George Crumb is an American composer whose music shows great attention to color and effect, creating a spiritual and ritualistic sound that fits neither into the modernist complexity genre nor into any neoclassical style. There is also a very postmodern usage, either directly of indirectly, of other musical materials, from recognizable classical works to folk and non-western music.
Crumb was born in West Virginia, USA and was surrounded by music in his early years: his father was a clarinettist and his mother a cellist. He was also well exposed to the Appalachian, folk, and country music of the area. He later described the natural environment of his youth as having a “reverberant” acoustic that influenced his aesthetic. As a young child he learned flute, clarinet, and piano. He studied at Mason College, West Virginia, and at the University of Illinois, before going on to complete a postgraduate study at the Hochschule für Musik in Berlin and a doctorate at the University of Michigan. His recognised works begin in the mid-1940s with several chamber works, a piano sonata, and his first orchestral work. A well-known piece from his earlier period is the Sonata for Solo Cello (1955).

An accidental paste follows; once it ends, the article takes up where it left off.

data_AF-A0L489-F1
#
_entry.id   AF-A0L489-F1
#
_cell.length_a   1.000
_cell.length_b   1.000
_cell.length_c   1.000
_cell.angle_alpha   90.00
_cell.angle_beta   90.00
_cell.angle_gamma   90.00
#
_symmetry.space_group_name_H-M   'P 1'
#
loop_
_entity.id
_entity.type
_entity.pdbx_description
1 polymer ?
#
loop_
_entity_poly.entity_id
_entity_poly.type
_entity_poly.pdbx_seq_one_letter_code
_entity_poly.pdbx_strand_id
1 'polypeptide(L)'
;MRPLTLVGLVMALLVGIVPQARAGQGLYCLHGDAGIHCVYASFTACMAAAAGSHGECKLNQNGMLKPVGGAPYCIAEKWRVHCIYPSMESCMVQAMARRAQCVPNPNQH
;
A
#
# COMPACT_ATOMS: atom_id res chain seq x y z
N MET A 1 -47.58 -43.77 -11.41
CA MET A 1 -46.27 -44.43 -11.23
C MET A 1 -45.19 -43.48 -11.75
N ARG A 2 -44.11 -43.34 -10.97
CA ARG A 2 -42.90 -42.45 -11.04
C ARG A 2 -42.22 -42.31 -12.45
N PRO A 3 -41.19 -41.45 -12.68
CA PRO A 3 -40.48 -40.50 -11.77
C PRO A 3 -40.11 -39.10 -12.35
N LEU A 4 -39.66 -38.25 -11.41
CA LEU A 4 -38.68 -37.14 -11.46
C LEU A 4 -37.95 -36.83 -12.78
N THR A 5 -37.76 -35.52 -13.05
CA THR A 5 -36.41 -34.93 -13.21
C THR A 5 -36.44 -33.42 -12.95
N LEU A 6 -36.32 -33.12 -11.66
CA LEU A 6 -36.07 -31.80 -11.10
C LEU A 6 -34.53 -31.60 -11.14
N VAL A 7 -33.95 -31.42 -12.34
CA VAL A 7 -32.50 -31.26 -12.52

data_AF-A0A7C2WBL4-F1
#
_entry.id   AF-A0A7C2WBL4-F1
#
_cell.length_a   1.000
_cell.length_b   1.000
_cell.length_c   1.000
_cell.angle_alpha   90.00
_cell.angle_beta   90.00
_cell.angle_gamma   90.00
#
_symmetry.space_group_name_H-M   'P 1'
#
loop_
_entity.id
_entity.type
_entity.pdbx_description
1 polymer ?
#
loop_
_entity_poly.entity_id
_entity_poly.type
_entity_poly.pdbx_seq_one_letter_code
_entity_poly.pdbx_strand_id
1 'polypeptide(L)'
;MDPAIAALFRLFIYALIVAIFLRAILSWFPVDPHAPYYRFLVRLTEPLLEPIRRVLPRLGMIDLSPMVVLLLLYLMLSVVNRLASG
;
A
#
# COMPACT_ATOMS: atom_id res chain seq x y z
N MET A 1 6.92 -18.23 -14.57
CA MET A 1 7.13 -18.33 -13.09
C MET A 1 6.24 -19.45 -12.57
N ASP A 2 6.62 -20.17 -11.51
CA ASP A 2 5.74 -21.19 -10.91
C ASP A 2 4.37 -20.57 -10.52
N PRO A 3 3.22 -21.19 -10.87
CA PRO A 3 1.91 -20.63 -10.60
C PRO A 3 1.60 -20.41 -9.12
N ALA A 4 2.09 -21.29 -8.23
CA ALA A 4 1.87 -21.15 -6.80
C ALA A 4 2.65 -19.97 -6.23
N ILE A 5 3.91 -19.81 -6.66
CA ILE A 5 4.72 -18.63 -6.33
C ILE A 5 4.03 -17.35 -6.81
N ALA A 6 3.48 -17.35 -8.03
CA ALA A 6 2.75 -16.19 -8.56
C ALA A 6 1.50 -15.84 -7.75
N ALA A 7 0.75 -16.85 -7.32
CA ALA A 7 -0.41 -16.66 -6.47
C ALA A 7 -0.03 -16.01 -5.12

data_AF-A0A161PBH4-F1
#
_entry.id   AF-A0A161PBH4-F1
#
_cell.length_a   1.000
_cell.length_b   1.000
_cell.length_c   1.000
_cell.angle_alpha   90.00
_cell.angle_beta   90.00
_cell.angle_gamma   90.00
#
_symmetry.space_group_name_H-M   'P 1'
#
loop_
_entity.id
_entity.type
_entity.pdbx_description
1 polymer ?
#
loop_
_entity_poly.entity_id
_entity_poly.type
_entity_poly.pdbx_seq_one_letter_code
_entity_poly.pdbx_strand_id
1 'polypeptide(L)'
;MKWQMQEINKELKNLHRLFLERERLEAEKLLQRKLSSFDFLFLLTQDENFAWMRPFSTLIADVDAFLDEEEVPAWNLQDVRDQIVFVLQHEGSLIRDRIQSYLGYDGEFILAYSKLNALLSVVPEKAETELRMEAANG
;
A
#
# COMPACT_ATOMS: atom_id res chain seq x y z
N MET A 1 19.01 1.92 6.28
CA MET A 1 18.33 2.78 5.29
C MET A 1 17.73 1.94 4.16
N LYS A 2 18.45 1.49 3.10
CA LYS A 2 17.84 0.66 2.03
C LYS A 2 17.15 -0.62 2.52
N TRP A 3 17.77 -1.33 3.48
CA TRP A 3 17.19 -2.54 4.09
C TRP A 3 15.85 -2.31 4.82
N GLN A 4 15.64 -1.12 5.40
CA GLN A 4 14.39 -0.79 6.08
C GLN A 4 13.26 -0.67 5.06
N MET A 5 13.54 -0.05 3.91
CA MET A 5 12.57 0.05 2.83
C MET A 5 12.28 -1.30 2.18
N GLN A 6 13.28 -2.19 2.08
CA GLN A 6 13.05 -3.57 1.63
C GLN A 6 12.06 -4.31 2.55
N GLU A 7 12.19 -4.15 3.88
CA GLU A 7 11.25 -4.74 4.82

Crumb was awarded the Pulitzer Prize for his 1967 orchestral work Echoes of Time and the River (Echoes II). In a response to a commission from the University of Chicago for the Chicago Symphony Orchestra, Crumb “wanted to express in musical terms the various qualities of metaphysical and psychological time.” Important aspects of his later work are found here: an element of theatricality or ritual, with choreographed movements of the musicians onstage, and also the use of his first musical quotation; the hymn Were You There When They Crucified The Lord is heard from offstage at one point. Crumb’s characteristic striking sonorities and effects are also present here, with the use of ringing bells and gongs, dramatic glissandi effects, breath and chanting sounds, and effects from playing the strings inside the piano.